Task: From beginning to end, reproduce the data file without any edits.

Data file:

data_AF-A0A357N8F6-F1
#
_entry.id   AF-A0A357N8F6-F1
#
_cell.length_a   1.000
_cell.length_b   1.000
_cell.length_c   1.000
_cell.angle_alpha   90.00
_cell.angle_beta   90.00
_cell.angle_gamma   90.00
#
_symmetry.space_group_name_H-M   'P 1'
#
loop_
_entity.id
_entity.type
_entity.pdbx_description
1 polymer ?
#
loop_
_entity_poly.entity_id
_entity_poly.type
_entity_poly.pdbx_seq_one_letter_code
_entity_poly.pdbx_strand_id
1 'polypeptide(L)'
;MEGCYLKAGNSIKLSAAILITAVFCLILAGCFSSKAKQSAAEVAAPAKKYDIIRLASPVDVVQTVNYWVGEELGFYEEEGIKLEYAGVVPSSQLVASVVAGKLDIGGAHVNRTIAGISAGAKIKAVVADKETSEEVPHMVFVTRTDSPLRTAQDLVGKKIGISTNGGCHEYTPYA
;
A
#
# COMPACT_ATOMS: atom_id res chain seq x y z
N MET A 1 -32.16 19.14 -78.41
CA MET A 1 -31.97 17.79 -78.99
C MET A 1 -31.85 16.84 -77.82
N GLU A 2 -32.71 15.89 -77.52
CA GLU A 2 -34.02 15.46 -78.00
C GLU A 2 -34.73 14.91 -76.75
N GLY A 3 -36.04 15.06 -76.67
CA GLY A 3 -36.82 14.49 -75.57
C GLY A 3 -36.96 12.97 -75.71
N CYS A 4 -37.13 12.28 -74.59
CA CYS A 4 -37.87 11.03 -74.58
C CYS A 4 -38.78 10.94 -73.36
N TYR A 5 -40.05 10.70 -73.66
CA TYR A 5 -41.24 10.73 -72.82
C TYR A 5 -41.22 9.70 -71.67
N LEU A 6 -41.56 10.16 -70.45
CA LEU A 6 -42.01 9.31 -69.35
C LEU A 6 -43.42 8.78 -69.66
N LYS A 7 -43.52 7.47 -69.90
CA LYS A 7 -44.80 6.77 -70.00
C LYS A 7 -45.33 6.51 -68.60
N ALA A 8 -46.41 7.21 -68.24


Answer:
data_AF-A0A357N8F6-F1
#
_entry.id   AF-A0A357N8F6-F1
#
_cell.length_a   1.000
_cell.length_b   1.000
_cell.length_c   1.000
_cell.angle_alpha   90.00
_cell.angle_beta   90.00
_cell.angle_gamma   90.00
#
_symmetry.space_group_name_H-M   'P 1'
#
loop_
_entity.id
_entity.type
_entity.pdbx_description
1 polymer ?
#
loop_
_entity_poly.entity_id
_entity_poly.type
_entity_poly.pdbx_seq_one_letter_code
_entity_poly.pdbx_strand_id
1 'polypeptide(L)'
;MEGCYLKAGNSIKLSAAILITAVFCLILAGCFSSKAKQSAAEVAAPAKKYDIIRLASPVDVVQTVNYWVGEELGFYEEEGIKLEYAGVVPSSQLVASVVAGKLDIGGAHVNRTIAGISAGAKIKAVVADKETSEEVPHMVFVTRTDSPLRTAQDLVGKKIGISTNGGCHEYTPYA
;
A
#
# COMPACT_ATOMS: atom_id res chain seq x y z
N MET A 1 -32.16 19.14 -78.41
CA MET A 1 -31.97 17.79 -78.99
C MET A 1 -31.85 16.84 -77.82
N GLU A 2 -32.71 15.89 -77.52
CA GLU A 2 -34.02 15.46 -78.00
C GLU A 2 -34.73 14.91 -76.75
N GLY A 3 -36.04 15.06 -76.67
CA GLY A 3 -36.82 14.49 -75.57
C GLY A 3 -36.96 12.97 -75.71
N CYS A 4 -37.13 12.28 -74.59
CA CYS A 4 -37.87 11.03 -74.58
C CYS A 4 -38.78 10.94 -73.36
N TYR A 5 -40.05 10.70 -73.66
CA TYR A 5 -41.24 10.73 -72.82
C TYR A 5 -41.22 9.70 -71.67
N LEU A 6 -41.56 10.16 -70.45
CA LEU A 6 -42.01 9.31 -69.35
C LEU A 6 -43.42 8.78 -69.66
N LYS A 7 -43.52 7.47 -69.90
CA LYS A 7 -44.80 6.77 -70.00
C LYS A 7 -45.33 6.51 -68.60
N ALA A 8 -46.41 7.21 -68.24